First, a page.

A Thriving Celebration of Music
On this day, members of the local saxophone-only ensemble La Sax walk down the street of Sham Shui Po with their saxophones in hand to shoot publicity photos for their concert.
Different from the typical concert attire with ties and suits, they dress up as butcher and the merchant wearing heavy accessories.
This is not just a gesture. It is an attitude.
As said by Natalie, a member of the ensemble, “The seeds of music are hidden deep in everyone’s heart. Our aim is to ignite their passion for music from within.”
By Venus Lam | Translated by Renee
The seeds of music are hidden deep in everyone's heart. Our aim is to ignite their passion for music from within.
Having known each other since school days, members of La Sax have committed to promote public interest in classical music, hoping to shatter the stereotype that classical music must be enjoyed in strict silence. This time, they have made a breakthrough and come up with a fresh new approach in leading the audience into the music world by adding different elements such as stories, magic, physical theatre; and inviting Harry Wong, who is so familiar to people in Hong Kong since childhood, to perform on stage with the ensemble.
Everything begins from the Saxo Carnival of the Animals in January 2018.
Jeffrey Chan, Executive Director of La Sax, recalled that, his initial thought was just to collaborate with his friends who are pianists, Yvonne Lai and Cherry Tsang. “When it comes to a performance for a symphony band and piano duet, I naturally think of The Carnival of the Animals.” Composed by the French composer Camille Saint-Saëns, each piece of The Carnival of the Animals embodies a zoological motif and connects the characters with music by amusingly portraying different animals through the use of the different instruments. “As we decided to perform the piece, we’d better to perform it expressively, rather than conventionally. We want to play animals and add in storyline, but don’t know how to act nor tell a story. We therefore invited Uncle Hung to participate in storytelling.”
Playing music with the theatre
That performance gave La Sax a significant boost in their confidence. At the end of last year, they staged three performances at Xiamen, Guangzhou and Zhuhai.
“We’ve reorganized the concept of the show for the performance tour this time. I am so glad we’ve invited Harry Wong to participate, who led us to conceive and develop the work together. Every musician has a role.” Jeffrey mentioned that the ensemble has participated in different workshops to learn physical and theatre skills for the performance this time. “We’ve realized that as a performer, we focus more on the body language and physical movement, rather than solely on playing the music scores just like before. We’ve learned to observe our performance from the audience’s perspective.” Laam Fong, one of the founding members, talked about the touring experience. Although the tour was quite successful, La Sax did not hold back to savor the success. The ensemble returned to Hong Kong and set to go the extra mile. In addition to a more comprehensive story, the music has been revised and it was no longer a repertoire of The Carnival of the Animals. “Our 10 saxophonists will perform on stage to present a more diverse selection of music, from the ensemble of ten parts, the first-time performance of jazz music, to a new adaptation of Turkey Rondo of W.A. Mozart which combines both classical and jazz styles.” Jeffrey explained that they presented music in different ways though; music has remained as the core of the work. Chiu Wong, another founding member, continued, “Without a single dialogue, the 70-minute musical performance tells stories with music, drama and physical movements. Nevertheless, the theatre elements we’ve added in are served to enhance the musical effect.”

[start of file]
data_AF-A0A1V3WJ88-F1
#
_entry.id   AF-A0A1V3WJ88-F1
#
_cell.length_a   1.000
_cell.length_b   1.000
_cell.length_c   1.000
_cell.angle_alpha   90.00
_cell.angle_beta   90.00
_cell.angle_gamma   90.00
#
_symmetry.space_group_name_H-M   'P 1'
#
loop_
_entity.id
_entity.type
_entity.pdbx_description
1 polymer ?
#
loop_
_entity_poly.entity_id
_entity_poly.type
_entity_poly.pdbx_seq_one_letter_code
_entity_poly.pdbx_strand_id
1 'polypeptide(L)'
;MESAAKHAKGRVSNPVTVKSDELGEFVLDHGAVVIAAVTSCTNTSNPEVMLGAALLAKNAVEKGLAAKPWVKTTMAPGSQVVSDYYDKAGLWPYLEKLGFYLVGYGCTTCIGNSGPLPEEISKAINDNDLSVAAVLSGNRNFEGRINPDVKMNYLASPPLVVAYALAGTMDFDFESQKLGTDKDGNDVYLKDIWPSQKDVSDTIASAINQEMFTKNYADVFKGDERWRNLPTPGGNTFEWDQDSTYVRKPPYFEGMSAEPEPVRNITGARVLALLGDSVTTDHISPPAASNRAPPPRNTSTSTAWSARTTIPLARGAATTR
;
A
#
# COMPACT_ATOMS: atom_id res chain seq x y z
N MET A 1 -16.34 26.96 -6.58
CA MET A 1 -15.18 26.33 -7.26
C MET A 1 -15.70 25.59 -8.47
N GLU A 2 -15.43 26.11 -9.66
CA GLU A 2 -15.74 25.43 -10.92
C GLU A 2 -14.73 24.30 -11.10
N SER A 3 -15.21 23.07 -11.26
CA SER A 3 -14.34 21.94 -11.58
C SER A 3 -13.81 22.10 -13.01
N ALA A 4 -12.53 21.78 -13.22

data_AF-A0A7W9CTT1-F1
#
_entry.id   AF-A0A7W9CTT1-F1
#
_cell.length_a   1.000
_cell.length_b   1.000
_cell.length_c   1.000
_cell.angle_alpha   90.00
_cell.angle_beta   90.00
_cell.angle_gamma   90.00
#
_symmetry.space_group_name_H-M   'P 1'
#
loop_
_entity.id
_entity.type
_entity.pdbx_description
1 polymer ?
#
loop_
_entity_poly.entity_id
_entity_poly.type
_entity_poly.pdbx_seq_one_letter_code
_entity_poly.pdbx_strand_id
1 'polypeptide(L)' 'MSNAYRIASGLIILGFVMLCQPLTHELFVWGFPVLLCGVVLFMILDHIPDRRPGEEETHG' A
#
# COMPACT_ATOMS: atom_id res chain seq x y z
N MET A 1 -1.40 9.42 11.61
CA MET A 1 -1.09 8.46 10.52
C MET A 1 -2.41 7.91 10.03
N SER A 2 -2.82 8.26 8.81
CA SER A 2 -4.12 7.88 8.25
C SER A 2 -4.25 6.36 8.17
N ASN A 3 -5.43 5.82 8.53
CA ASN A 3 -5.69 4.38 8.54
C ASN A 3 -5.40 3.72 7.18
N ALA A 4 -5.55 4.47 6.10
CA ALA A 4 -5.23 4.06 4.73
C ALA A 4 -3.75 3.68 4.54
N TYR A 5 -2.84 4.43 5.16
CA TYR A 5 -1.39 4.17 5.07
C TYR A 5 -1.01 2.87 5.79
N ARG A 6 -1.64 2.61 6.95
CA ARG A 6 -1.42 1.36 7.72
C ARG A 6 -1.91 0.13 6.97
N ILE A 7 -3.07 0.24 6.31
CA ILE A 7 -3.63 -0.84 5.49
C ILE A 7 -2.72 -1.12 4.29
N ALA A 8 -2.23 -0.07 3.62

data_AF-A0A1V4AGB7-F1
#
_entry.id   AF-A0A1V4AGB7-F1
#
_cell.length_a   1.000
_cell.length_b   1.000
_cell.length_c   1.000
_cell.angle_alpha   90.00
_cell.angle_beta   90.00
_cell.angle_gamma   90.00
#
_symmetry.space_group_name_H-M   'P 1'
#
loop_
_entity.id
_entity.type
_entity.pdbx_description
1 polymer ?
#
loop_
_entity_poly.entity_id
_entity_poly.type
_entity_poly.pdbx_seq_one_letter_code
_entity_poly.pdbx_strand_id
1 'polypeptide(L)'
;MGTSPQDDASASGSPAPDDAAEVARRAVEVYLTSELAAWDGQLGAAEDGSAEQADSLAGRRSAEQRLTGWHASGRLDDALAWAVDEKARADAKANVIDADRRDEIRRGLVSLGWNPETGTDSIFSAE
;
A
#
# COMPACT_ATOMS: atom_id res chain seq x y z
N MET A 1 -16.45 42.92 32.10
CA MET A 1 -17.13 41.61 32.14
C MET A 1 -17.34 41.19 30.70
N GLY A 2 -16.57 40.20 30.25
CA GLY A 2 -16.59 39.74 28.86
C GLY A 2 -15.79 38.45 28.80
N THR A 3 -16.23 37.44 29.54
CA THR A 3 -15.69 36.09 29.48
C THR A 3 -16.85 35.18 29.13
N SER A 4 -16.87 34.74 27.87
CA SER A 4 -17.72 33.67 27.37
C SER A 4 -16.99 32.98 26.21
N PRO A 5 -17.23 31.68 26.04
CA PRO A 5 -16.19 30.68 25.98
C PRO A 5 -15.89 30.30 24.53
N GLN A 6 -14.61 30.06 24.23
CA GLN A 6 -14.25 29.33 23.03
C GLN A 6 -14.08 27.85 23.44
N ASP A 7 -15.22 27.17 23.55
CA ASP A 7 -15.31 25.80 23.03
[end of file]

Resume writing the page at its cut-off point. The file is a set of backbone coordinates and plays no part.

I often watch rock music shows where there's lots of interaction between the audience and the band on stage. Why can't the classical jazz concert do the same thing?
The pursuit for breakthroughs and exploration for new possibilities are set to engage the audience. “I often watch rock music shows where there’s lots of interaction between the audience and the band on stage. Why can’t the classical jazz concert do the same thing?” Laam Fong hoped that every concert will bring out a message, just like the emphasis on “One” being presented through the relaxed and humorous story this time. The team members work together and complement each other. It is hoped that the audience will resonate with that and be inspired.
In addition to the six concerts held in various districts in Hong Kong, La Sax will go beyond the boundaries with music by organizing workshops for people from different sectors. As Natalie said, “Art is boundless. We will find breakthroughs every time, whether it is in individual or the ensemble.” Being an audience, as long as we shatter the stereotypes, we shall understand that classical music has more than one interpretation.